The tour started at the ground floor, and where there was information about the uses for these parts of the building as well as information about the start of World War II. The tour then climbed up through the house, with similar information about the building and war. There was a wonderful audiotour that we listened to in each of the rooms. Once the tour reached the annex, however, the audio tour stopped. Through some unspoken agreement, all of the visitors also stopped talking as we passed through the rooms where Anne and family hid. With no speaking, the sound of our footsteps reverberated, the floors creaked, and every cough echoed loudly. We could not help but think of Anne and her compatriots struggling to stay quiet, every day for more than two years. All together, it was a terrible and wonderful experience.
We did not take any photos inside of the house or museum, but after our visit we paused in front of the house for a quick photo.
We jumped back on the bikes and continued to explore the city, making our way towards the Van Gogh Museum. Along the way, we passed through a park where there was a street performance in front of a huge sign that said, “I amsterdam.” Julie and I couldn’t see what was happening, but Lydie and Cassie managed to climb up onto the second “m,” where they could look down on the show.
After another short ride, we reached the Van Gogh Museum, where we split up to enjoy the art. Lydie and I started at the top of the museum and worked our way down, while Julie and Cassie did the opposite. We all picked our favorite works by Van Gogh, but we had a hotly contested disagreement about one self-portrait. I thought Van Gogh would look better without a hat, while the girls insisted that he keep it on. In the end we called it a draw.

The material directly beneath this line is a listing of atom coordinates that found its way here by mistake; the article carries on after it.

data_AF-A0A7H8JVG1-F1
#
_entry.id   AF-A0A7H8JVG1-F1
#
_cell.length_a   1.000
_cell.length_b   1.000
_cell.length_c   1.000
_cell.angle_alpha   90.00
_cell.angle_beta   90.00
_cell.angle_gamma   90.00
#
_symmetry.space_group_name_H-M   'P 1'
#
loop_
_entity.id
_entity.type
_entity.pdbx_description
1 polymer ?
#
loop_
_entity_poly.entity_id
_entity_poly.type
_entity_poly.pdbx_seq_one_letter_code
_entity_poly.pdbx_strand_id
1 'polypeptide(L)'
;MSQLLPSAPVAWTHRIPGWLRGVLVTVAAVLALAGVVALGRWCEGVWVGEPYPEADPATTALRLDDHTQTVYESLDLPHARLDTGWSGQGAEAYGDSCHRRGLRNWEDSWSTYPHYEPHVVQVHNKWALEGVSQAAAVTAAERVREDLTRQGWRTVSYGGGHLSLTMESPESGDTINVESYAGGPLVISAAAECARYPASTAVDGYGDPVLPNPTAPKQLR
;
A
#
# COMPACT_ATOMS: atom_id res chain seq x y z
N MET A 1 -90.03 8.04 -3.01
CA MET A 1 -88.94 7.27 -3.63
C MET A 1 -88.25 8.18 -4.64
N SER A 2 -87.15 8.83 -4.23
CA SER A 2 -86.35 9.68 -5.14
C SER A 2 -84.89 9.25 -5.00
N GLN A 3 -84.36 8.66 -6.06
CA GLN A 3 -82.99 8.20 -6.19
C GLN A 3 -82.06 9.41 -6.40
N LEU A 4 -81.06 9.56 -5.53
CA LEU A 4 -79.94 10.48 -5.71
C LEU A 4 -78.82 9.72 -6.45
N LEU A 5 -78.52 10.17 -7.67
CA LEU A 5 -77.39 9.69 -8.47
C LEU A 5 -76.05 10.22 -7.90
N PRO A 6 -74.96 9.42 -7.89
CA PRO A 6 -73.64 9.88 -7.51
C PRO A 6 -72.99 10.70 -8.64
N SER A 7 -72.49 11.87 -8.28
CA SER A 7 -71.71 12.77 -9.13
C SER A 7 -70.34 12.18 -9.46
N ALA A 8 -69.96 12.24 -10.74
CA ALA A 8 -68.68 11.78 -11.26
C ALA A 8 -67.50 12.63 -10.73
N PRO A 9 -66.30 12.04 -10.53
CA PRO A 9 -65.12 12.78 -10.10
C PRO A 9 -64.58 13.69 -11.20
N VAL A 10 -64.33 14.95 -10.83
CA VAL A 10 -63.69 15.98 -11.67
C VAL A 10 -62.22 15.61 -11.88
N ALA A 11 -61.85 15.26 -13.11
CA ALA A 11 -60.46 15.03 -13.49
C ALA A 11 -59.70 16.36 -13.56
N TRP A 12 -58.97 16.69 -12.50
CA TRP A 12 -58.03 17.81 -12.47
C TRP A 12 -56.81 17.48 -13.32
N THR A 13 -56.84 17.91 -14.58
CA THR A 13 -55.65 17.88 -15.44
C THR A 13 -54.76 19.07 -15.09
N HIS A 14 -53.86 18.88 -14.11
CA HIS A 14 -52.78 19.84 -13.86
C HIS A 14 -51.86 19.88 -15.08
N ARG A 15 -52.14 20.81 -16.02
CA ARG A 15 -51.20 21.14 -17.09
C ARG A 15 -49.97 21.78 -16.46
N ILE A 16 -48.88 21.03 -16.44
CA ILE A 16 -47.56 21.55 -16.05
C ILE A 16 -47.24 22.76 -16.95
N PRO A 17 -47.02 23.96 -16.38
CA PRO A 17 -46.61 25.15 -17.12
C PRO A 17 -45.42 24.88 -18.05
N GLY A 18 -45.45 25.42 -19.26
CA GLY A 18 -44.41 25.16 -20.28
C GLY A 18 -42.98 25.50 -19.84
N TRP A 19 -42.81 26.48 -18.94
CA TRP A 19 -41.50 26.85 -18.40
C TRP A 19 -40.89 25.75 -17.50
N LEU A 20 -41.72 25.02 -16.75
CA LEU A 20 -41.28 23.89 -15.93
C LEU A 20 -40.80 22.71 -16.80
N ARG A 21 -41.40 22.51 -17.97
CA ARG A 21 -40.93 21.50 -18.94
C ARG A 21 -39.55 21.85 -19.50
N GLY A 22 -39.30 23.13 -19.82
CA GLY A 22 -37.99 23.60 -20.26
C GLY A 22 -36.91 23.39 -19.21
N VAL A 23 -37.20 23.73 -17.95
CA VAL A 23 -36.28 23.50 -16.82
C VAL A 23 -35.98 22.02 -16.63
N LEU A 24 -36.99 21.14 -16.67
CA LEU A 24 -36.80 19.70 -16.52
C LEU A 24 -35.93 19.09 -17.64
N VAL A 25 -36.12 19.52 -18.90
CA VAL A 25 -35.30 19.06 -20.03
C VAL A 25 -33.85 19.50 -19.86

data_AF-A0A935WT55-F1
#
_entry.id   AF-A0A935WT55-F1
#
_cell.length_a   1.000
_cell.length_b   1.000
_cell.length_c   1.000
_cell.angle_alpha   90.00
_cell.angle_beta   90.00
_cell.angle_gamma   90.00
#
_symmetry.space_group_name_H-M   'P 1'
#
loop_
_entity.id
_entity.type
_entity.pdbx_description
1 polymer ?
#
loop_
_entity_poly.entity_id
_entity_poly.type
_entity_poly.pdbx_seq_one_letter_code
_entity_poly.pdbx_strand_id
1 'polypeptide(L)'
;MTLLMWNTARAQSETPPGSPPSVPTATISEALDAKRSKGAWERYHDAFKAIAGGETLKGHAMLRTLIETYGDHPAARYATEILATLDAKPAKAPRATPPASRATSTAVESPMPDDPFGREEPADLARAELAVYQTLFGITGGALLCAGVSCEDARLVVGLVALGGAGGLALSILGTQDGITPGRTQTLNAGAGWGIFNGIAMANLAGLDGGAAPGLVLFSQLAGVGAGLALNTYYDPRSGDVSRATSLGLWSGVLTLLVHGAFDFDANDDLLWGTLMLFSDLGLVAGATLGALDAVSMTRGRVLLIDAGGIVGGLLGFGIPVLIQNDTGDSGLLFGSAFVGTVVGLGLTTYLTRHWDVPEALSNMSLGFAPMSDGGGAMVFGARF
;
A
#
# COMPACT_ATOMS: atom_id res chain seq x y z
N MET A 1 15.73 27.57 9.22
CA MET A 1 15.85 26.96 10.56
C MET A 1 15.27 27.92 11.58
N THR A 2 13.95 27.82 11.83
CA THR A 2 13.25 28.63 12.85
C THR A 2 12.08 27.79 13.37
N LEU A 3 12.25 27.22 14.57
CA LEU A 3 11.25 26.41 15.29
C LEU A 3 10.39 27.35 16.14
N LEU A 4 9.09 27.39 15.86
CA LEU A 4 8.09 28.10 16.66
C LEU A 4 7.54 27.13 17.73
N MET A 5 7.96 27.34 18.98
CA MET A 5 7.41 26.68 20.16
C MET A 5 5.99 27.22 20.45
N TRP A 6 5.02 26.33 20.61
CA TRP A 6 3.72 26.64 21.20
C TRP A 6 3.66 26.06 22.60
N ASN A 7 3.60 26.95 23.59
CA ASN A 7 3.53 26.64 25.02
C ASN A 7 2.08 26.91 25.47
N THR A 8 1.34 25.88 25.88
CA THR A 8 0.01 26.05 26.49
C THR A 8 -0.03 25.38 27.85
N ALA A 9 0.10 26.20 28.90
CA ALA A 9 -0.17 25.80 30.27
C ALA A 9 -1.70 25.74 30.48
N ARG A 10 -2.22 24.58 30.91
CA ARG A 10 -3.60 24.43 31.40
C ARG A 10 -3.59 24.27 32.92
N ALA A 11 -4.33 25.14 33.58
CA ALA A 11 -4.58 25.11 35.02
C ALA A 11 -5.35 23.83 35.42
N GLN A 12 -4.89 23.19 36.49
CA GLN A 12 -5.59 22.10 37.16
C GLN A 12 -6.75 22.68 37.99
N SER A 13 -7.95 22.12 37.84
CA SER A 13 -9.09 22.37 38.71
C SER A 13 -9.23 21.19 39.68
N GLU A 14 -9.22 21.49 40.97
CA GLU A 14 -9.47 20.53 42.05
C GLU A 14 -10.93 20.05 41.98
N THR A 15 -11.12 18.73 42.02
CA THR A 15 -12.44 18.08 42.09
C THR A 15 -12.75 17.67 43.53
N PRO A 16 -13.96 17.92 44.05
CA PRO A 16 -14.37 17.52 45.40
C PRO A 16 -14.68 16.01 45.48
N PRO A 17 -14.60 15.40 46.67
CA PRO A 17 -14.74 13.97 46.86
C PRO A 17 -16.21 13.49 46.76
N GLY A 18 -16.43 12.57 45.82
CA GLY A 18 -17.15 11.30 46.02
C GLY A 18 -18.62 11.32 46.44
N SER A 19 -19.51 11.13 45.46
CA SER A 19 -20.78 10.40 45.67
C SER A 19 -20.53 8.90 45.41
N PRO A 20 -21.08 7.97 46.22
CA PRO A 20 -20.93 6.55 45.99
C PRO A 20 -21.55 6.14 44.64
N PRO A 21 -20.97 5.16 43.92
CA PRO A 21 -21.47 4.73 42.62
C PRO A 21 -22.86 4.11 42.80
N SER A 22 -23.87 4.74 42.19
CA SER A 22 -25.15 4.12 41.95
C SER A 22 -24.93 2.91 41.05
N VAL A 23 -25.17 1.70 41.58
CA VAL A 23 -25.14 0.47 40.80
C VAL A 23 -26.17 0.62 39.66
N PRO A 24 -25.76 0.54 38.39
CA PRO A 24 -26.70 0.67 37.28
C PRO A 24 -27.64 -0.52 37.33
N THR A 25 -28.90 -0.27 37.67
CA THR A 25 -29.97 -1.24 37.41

(No, mom, this was not a real painting.)
After the museum, we hopped back on our bikes and started to find our way back towards our apartment. Along the way, we passed underneath the Rijksmuseum (which we did not have time to visit), where we found a troupe of classical musicians performing.
We made it back to our apartment as the sun was setting, and decided to eat at a small restaurant next door. It was a somewhat seedy joint. It looked like they would serve just about anyone or anything a drink.
After dinner, we went home and were soon asleep. It had been a full, wonderful day.
The next morning (Friday), we biked down to the Bloemenmarkt, a floating flower market of sorts, where did a bit of shopping. The girls found some wooden clogs that would fit them — and had plenty of growing room.
In the end, though, the opted for clog slippers rather than wooden shoes.
Soon, it was time to take the bikes back and to head for the airport. Along the way, we found out what people in Amsterdam drive when their bikes are in the shop.
Soon, we were at the airport and on our way back to Germany, landing in Munich six months to the day after we arrived in Europe. We would be back at this airport in a week, when we would fly back to the United States. Our time in Europe was quickly running out!